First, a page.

The NBA All-Star Game has been played every season since 1951, with the exception of the lockout-shortened 1998-99 season.
Not even the 2011 lockout that scrubbed 16 games from the NBA schedule in 2011-12 could stop the All-Star Game from going on.
This year’s game will be played Sunday night at the Toyota Center in Houston, the second time the facility has hosted the game. The Toyota Center also played host to the 2006 All-Star Game.
The All-Star Game has been played in 49 different arenas in 39 different cities. Philadelphia is the only city to have hosted the All-Star Game in three different facilities—the Philadelphia Convention Hall, The Spectrum twice and the current arena in the city, the First Union Center.
Eight buildings have hosted multiple All-Star Games and the Toyota Center will become the ninth on Sunday. The old Boston Garden and the various iterations of Madison Square Garden in New York have each hosted four. Two current arenas and four facilities that are no longer in use have hosted two each.
The two current facilities are the Staples Center in Los Angeles and US Airways Center in Phoenix. Chicago Stadium; the Forum in Inglewood, Calif.; the Spectrum in Philadelphia; and Kiel Auditorium in St. Louis also hosted a pair of All-Star games.
So which 10 performances are the best in All-Star Game history? There is a lot from which to choose. Wilt Chamberlain still holds the single-game scoring record with his 42 points in 1962. Does that game make the list? What about Bob Pettit’s 27-rebound game in 1962? Mark Price and LeBron James share the All-Star Game record with six made 3-pointers. Price did it first in 1993 and James matched the record last year. Magic Johnson handed out 22 assists in the 1984 game. Rick Barry had eight steals in 1975. Kareem Abdul-Jabbar blocked six shots in 1980.
One game that will not make the list, however, is John Stockton’s performance in the 1989 All-Star Game. That was the night Stockton set the All-Star Game record with 12 turnovers.
Counting down from No. 10, here are the top 10 individual performances in All-Star Game history:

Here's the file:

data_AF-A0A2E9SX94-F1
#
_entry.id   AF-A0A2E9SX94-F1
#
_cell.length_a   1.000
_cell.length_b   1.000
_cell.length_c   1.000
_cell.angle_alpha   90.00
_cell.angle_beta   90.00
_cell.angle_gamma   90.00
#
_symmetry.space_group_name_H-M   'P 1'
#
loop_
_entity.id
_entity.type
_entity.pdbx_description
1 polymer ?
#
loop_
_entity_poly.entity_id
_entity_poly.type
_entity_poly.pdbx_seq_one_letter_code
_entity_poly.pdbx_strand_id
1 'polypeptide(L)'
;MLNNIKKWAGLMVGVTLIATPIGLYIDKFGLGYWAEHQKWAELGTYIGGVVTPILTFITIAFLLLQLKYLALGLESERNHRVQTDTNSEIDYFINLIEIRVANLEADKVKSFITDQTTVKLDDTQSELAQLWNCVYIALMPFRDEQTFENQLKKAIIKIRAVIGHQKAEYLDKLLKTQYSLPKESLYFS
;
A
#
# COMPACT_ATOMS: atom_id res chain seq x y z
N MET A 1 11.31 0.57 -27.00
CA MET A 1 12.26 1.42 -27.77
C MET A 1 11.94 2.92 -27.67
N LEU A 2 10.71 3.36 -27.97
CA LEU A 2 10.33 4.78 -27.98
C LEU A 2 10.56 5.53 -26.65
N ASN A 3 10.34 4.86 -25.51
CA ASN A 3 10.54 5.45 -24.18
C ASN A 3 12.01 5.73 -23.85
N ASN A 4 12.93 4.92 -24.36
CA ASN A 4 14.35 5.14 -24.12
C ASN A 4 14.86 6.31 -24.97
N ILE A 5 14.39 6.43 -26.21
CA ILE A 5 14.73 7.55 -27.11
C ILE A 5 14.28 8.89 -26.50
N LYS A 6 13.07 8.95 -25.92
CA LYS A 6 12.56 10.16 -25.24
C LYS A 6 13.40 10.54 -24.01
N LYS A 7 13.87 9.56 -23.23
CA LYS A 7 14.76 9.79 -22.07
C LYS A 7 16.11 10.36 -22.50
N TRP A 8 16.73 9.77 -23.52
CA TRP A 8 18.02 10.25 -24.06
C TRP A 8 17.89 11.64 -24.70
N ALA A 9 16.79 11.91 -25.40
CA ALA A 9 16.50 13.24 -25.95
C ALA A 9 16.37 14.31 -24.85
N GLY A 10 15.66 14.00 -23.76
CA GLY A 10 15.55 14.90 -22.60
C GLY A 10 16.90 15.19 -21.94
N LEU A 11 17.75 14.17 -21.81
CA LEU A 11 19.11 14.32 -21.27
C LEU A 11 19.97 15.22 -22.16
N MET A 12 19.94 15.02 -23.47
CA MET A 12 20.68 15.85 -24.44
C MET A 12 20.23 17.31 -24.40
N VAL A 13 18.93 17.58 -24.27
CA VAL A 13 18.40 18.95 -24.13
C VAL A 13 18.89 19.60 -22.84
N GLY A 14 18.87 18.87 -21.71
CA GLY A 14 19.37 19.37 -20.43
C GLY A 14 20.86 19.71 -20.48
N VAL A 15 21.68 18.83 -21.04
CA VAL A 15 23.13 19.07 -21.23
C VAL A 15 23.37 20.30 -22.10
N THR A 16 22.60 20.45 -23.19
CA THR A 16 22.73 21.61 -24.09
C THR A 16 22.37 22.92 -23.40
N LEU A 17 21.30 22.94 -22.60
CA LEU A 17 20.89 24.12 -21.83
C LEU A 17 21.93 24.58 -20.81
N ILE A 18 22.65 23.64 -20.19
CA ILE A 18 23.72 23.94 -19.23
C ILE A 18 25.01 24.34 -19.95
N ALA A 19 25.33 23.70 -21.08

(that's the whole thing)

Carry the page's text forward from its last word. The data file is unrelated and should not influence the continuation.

10. The Iceman Heats Up the Cap Centre
George Gervin of the San Antonio Spurs keyed the East All-Stars to a 144-136 win in just the second overtime game in the history of the All-Star Game at the Capital Centre in Landover, Md., in 1980.
Gervin was named MVP of the game, scoring 34 points—including 18 in the third quarter. He played 40 minutes in all, finishing 14-of-26 from the floor and notching 10 rebounds, three assists and three steals.
The 1979-80 season saw Gervin win the third of his four NBA scoring titles, as he averaged 33.1 points per game for the Spurs that year.
9. LeBron outduels T-Mac down the Stretch in Houston
LeBron James of the Cleveland Cavalier became the youngest All-Star Game MVP in history in 2006, scoring 29 points to fuel a second-half comeback as the East rallied for a 122-120 victory at the Toyota Center in Houston.
James played 30 minues and was 12-for-21 shooting, including 4-for-10 from 3-point range, and had six rebounds, two assists and two steals. James also disrupted a final shot by West forward Tracy McGrady—who scored a game-high 36 points in his home arena—to help the East hang on for the win.
The 21-year-old third-year player went on to score 31.4 points a game in 79 games for Cleveland in 2005-06.
8. Barry Helps West Snap Losing Skid
Rick Barry of the San Francisco Warriors had home-court advantage for the 1967 All-Star Game at the Cow Palace in San Francisco and he took advantage.
Barry scored a game-high 38 points in 34 minutes to lead the West to a 135-120 win, snapping a five-game losing streak to the East in the process.
Barry, one of two Warriors to start along with center Nate Thurmond, was 16-for-27 shooting and also had six rebounds and three assists while earning MVP honors.
The second-year forward had a knack for snapping streaks in 1966-67. He averaged 35.6 points a game for San Francisco to take the scoring title away from Wilt Chamberlain for the first time in Chamberlain’s eight-year career. The Warriors reached the NBA Finals, where they lost to Chamberlain’s Philadelphia 76ers.
7. Last-Minute Addition Chambers Steals the Show in Seattle
Tom Chambers wasn’t even supposed to be in the 1987 All-Star Game at Seattle’s Kingdome. The Seattle SuperSonics forward was a late addition to the Western Conference squad after Ralph Sampson of the Houston Rockets injured his knee the week before the game.
Chambers made the most of his opportunity, scoring 34 points—including four in overtime—and taking home MVP honors in the West’s 154-149 overtime victory. It was the highest-scoring All-Star Game ever and Chambers was a major factor in sending the game into an extra session.